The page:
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Miscellaneous - O Brother, Where Art Thou?

  by Richard Lewis

published: 28 / 8 / 2011

Miscellaneous - O Brother, Where Art Thou?
Label: Select Label
Format: N/A


In our Re: View section, in which our writers look back at albums from the past, Richard Lewsis reflects on the soundtrack to the Coen Brothers' film, 'O Brother, Where Art Thou?, which has just been released in a deluxe double CD tenth anniversary edition

The soundtrack to arguably the Coen Brothers’ greatest film ‘O Brother Where Art Thou?’ almost became as famous as its parent movie in its own right. A Billboard number one album that shifted eight million copies in the United States alone, the record is credited with single-handedly reviving the bluegrass genre, turning many people onto the form who had never heard it before. The album took on a life of its own, with many of the luminaries who appeared on the disc recreating the music within for a one-off live concert. In addition to introducing the form to an audience that had never been exposed to it, it would not be too much of a stretch to suggest that the film and the album went some way to further popularising alt. country singers such as Ryan Adams and Jesse Malin, then much in vogue. Helmed by country legend T. Bone Burnett, the credit list reads as a veritable cast list of American Roots music luminaries, with Gillian Welch, Alison Krauss, Emmylou Harris and folk legend Norman Blake all present. Proof of the record’s impeccable credentials is the presence of Alan Lomax as an arranger. The legendary folk music archivist’s recordings for posterity of hundreds of folk, country and blues gems in the wilds of the United States saved from virtual extinction many songs that were unlikely to make their way into recording studios. The album opens with ‘Po’ Lazarus’ by James Carter and The Prisoners, a chain gang song that Alan Lomax saw the gang perform. The track is composed entirely of the singer’s harmonies and the percussive slam of logs being chopped in time. The hissing, crackling recording of ‘Big Rock Candy Mountain’ from Harry McClintock’s ‘1939’ is the only vintage recording on the album, its tale of ne’er do-wells heading for a land where “all the jails are made of tin” imminently well-suited for the movie’s opening. The film’s most famous song, extracted as a single and music video, ‘I Am a Man of Constant Sorrow’, covered on Bob Dylan’s debut album, performed by the Soggy Bottom Boys appears in three widely contrasting versions. The haunting ‘Hard Time Killing Floor Blues’ by Chris Thomas King, powered only by acoustic guitar and low, mournful vocal, is possibly the highpoint of the set, its compelling, downbeat atmosphere staying with the listener long after the song has finished. The emotional breadth of country and bluegrass, shifting from simple, spiritual numbers to upbeat descriptions of country life onto harrowing bare bones tales of poverty and crime are all represented here. The short, spare almost nursery rhyme ‘In the Highways’ by Sarah, Hannah and Leah Peasall contrasts sharply with the harrowing ‘O Death’ by Ralph Stanley. Tracing the roots of the music that informed two of the best albums in the rock canon, the Byrds’ country rock hybrid ‘Sweetheart of the Rodeo’ and The Rolling Stones’ ‘Beggar’s Banquet’ (both 1968), shows how much country and bluegrass influenced the musicians of the sixties. The bonus disc is comparably valuable, including tracks from artists who appear on the first covering different songs. Brian Wilson’s lyricist Van Dyke Parks puts in an appearance, turning in his own version of ‘Big Rock Candy Mountain.’ This album is a landmark release, both in the quality of the music within, the film it is attached to and all the more impressive in reviving a musical form that had largely been neglected, catapulting it to the top of the American charts. A stunning set.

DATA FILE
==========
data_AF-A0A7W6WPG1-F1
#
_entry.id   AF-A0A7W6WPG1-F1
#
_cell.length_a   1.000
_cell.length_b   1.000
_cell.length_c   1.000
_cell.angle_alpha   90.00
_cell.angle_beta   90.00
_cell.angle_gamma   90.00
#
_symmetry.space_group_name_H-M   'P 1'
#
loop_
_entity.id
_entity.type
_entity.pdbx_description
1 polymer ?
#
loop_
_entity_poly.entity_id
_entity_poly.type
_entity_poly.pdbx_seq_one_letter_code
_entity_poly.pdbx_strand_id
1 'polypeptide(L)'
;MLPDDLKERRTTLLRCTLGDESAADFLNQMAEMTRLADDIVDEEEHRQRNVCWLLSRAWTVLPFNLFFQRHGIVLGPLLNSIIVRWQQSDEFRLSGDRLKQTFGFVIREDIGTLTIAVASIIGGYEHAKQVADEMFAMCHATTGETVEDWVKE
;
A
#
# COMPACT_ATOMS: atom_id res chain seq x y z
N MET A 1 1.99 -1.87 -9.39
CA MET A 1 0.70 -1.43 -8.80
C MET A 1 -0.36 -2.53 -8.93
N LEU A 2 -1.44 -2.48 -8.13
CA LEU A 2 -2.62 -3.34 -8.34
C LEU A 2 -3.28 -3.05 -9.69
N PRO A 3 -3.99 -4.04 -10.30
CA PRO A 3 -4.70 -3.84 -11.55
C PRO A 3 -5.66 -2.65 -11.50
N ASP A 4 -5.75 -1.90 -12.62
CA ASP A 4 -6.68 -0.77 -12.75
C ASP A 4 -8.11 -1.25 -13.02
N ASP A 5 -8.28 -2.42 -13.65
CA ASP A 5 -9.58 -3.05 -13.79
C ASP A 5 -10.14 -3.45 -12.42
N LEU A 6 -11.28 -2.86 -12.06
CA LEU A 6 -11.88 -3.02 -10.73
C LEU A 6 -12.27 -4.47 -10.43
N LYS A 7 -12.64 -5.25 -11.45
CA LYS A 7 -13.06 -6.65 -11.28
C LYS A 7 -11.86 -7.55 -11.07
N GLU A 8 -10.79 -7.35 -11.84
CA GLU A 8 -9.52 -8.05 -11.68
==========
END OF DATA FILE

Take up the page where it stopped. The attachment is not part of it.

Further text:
Track Listing:-

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